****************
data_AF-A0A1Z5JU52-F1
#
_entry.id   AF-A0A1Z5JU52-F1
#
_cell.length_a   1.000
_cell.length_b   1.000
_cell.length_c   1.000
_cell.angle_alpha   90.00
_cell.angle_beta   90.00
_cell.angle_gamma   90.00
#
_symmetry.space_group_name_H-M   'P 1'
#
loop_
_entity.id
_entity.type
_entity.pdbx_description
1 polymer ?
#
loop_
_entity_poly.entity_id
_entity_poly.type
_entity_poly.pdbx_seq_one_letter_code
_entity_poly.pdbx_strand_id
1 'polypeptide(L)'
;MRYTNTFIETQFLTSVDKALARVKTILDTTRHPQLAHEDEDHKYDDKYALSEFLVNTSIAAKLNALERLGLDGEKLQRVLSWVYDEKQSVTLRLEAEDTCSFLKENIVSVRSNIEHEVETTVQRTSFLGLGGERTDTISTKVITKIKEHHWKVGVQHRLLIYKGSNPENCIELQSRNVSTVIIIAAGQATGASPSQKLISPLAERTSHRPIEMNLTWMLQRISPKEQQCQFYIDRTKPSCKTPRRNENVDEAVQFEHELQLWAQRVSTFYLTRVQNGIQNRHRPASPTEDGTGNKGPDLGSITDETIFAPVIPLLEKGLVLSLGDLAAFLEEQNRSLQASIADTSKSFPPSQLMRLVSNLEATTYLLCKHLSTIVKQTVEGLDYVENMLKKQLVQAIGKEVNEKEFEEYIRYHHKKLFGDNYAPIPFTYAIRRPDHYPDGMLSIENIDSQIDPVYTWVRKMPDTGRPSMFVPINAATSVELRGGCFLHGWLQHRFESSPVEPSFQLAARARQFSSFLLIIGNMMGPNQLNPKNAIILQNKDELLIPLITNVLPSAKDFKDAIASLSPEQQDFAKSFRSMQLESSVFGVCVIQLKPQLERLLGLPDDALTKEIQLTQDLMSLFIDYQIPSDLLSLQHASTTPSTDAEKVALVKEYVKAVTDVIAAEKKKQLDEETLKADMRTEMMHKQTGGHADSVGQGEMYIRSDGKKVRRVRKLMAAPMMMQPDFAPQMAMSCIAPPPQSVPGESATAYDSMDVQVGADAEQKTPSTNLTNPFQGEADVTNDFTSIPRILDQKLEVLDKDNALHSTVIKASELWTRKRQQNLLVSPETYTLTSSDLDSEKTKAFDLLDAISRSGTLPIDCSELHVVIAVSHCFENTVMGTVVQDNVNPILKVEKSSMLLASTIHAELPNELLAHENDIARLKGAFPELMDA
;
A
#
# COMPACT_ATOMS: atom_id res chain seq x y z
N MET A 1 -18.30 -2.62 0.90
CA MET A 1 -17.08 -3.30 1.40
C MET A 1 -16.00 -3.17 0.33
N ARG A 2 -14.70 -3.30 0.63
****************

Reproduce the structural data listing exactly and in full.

data_AF-A0A1Z5JU52-F1
#
_entry.id   AF-A0A1Z5JU52-F1
#
_cell.length_a   1.000
_cell.length_b   1.000
_cell.length_c   1.000
_cell.angle_alpha   90.00
_cell.angle_beta   90.00
_cell.angle_gamma   90.00
#
_symmetry.space_group_name_H-M   'P 1'
#
loop_
_entity.id
_entity.type
_entity.pdbx_description
1 polymer ?
#
loop_
_entity_poly.entity_id
_entity_poly.type
_entity_poly.pdbx_seq_one_letter_code
_entity_poly.pdbx_strand_id
1 'polypeptide(L)'
;MRYTNTFIETQFLTSVDKALARVKTILDTTRHPQLAHEDEDHKYDDKYALSEFLVNTSIAAKLNALERLGLDGEKLQRVLSWVYDEKQSVTLRLEAEDTCSFLKENIVSVRSNIEHEVETTVQRTSFLGLGGERTDTISTKVITKIKEHHWKVGVQHRLLIYKGSNPENCIELQSRNVSTVIIIAAGQATGASPSQKLISPLAERTSHRPIEMNLTWMLQRISPKEQQCQFYIDRTKPSCKTPRRNENVDEAVQFEHELQLWAQRVSTFYLTRVQNGIQNRHRPASPTEDGTGNKGPDLGSITDETIFAPVIPLLEKGLVLSLGDLAAFLEEQNRSLQASIADTSKSFPPSQLMRLVSNLEATTYLLCKHLSTIVKQTVEGLDYVENMLKKQLVQAIGKEVNEKEFEEYIRYHHKKLFGDNYAPIPFTYAIRRPDHYPDGMLSIENIDSQIDPVYTWVRKMPDTGRPSMFVPINAATSVELRGGCFLHGWLQHRFESSPVEPSFQLAARARQFSSFLLIIGNMMGPNQLNPKNAIILQNKDELLIPLITNVLPSAKDFKDAIASLSPEQQDFAKSFRSMQLESSVFGVCVIQLKPQLERLLGLPDDALTKEIQLTQDLMSLFIDYQIPSDLLSLQHASTTPSTDAEKVALVKEYVKAVTDVIAAEKKKQLDEETLKADMRTEMMHKQTGGHADSVGQGEMYIRSDGKKVRRVRKLMAAPMMMQPDFAPQMAMSCIAPPPQSVPGESATAYDSMDVQVGADAEQKTPSTNLTNPFQGEADVTNDFTSIPRILDQKLEVLDKDNALHSTVIKASELWTRKRQQNLLVSPETYTLTSSDLDSEKTKAFDLLDAISRSGTLPIDCSELHVVIAVSHCFENTVMGTVVQDNVNPILKVEKSSMLLASTIHAELPNELLAHENDIARLKGAFPELMDA
;
A
#
# COMPACT_ATOMS: atom_id res chain seq x y z
N MET A 1 -18.30 -2.62 0.90
CA MET A 1 -17.08 -3.30 1.40
C MET A 1 -16.00 -3.17 0.33
N ARG A 2 -14.70 -3.30 0.63